Health scientists have known for years that our gut is our second brain. There is an intricate connection between the gut and the brain. https://www.hopkinsmedicine.org/health/wellness-and-prevention/the-brain-gut-connection
It seems that when not if we grow older our risk of developing some form of dementia increases significantly. What causes Alzheimer’s disease? A Mayo Clinic article suggests that age and genetics (the apolipoprotein E gene – APOE) are two primary causes of developing some form of dementia.
Down syndrome, gender, past head trauma, poor sleep patterns, lack of exercise, obesity, smoking, hypertension, high cholesterol, poorly controlled type 2 diabetes, and not being socially active can contribute to Alzheimer’s disease.
I am more of a purist in what causes what to happen. Beta-amyloid protein clusters/fragments and tau protein neurofibrillary tangles are two that I talk about in my presentations to Baby Boomers.
There is a definitive connection between our primary brain in our head and our second brain in our gut. Our primary brain has 85 billion neurons compared to 500 million neurons in our gut. There are 100 neurotransmitters in our primary brain and 40 neurotransmitters in our second brain.
Fifty percent of dopamine is created in each brain. However, our primary brain produces only 5% of all serotonin while our gut produces the other 95%. The blood-brain-barrier prevents unwanted molecules from entering that vital space inside our skulls. The gut has no protective measures. Many toxins enter the gut and create serious health issues over time.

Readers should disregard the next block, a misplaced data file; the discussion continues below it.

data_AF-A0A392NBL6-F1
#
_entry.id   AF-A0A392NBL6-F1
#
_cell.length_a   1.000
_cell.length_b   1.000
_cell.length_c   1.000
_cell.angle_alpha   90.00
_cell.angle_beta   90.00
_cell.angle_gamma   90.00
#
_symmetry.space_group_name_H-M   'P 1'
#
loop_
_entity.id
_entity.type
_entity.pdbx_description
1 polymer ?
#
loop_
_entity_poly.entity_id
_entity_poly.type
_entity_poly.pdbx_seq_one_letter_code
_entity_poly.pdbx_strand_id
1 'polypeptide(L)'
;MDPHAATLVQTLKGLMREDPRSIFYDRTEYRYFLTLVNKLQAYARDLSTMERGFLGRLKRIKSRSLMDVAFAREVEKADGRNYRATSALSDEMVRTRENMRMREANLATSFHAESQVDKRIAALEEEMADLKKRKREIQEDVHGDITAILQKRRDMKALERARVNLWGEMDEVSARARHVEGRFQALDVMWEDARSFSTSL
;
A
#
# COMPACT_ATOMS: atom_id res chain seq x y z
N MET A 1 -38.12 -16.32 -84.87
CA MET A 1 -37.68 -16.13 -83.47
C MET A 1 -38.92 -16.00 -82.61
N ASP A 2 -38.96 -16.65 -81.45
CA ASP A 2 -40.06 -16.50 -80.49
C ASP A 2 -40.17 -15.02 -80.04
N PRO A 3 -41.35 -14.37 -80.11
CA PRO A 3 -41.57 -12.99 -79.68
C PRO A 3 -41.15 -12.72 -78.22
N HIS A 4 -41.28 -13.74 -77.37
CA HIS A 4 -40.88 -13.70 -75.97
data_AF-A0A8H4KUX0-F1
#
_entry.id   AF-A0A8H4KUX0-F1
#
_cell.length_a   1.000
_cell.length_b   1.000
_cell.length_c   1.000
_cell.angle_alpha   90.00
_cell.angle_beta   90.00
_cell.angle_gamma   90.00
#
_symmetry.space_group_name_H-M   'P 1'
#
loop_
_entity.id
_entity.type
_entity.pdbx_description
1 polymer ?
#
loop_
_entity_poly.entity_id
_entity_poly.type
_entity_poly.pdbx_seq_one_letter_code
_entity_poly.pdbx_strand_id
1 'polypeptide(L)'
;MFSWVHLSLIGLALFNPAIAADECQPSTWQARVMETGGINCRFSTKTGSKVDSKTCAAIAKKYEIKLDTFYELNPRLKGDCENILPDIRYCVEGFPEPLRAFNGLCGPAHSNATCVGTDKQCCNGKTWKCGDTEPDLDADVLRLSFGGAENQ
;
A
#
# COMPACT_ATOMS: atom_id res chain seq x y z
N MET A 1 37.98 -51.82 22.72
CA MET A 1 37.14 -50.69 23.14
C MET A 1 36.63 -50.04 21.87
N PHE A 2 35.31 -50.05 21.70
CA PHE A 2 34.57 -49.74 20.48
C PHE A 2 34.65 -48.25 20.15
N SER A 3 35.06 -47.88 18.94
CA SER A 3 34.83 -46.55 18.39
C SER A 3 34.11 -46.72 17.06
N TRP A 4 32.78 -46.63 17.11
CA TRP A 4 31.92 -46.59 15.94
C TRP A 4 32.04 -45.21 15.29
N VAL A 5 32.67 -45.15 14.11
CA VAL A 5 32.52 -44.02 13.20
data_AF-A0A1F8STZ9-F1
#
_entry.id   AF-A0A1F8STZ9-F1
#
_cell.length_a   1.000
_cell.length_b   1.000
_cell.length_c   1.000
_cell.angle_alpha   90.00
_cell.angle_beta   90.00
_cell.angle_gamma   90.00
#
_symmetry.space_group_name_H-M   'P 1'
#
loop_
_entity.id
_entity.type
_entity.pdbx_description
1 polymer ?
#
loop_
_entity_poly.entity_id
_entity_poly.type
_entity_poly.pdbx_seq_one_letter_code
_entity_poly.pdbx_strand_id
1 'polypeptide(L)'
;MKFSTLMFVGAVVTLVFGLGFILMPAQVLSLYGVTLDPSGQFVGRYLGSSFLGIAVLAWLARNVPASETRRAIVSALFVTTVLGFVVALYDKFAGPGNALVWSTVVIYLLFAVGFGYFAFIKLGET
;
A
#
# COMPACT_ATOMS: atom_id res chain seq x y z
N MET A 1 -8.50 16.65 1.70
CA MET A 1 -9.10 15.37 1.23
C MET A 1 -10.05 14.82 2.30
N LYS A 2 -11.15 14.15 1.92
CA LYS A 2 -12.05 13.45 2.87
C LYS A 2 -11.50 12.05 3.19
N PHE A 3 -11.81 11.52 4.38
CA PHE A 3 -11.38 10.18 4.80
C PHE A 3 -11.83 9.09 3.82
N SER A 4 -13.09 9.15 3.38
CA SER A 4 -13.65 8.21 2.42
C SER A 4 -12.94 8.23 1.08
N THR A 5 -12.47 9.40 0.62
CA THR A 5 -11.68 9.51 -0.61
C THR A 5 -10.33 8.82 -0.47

Sources I Like
Grain Brain, by David Perlmutter, MD (https://www.amazon.com/Grain-Brain-Surprising-Sugar-Your-Killers/dp/031623480X), and Wheat Belly, by William Davis, MD (https://www.amazon.com/Wheat-Belly-Revised-Updated-Weight/dp/1984824945) are two excellent sources that connect what we eat to how we think.
Type III Diabetes
Insulin responds to the level of blood glucose in our bodies. Blood glucose increases when carbohydrates are eaten. When our brains are overwhelmed by insulin and unable to function properly, memory and learning suffer. Over time, it is believed that insulin resistance in our brains opens the door to Alzheimer’s disease (type III diabetes). (https://www.verywellhealth.com/why-is-alzheimers-called-type-3-diabetes-98797)
If we control our insulin levels by choosing foods that do not spike blood sugar, our brains should have a reduced risk of developing Alzheimer’s disease. The two prominent diets available now are
Atkins and Keto
I read five or six books on Atkins back in the mid-90s and chose to live on as few carbohydrates as possible. I averaged less than ten grams of carbs daily without any difficulty. I lost weight and kept it off for years.
What the books did not tell me was those poor food choices can affect my body’s pH – and it did. I became osteopenia by maintaining a highly acidic environment in my body. Once I became aware of it, I changed my lifestyle and no longer have that problem.
Foods that lower pH and make your body acidic are fats, proteins, and carbohydrates. Breathing, exercising, thinking, and more also tend to release acidic byproducts into our bodies and we end up being more acidic than is healthy.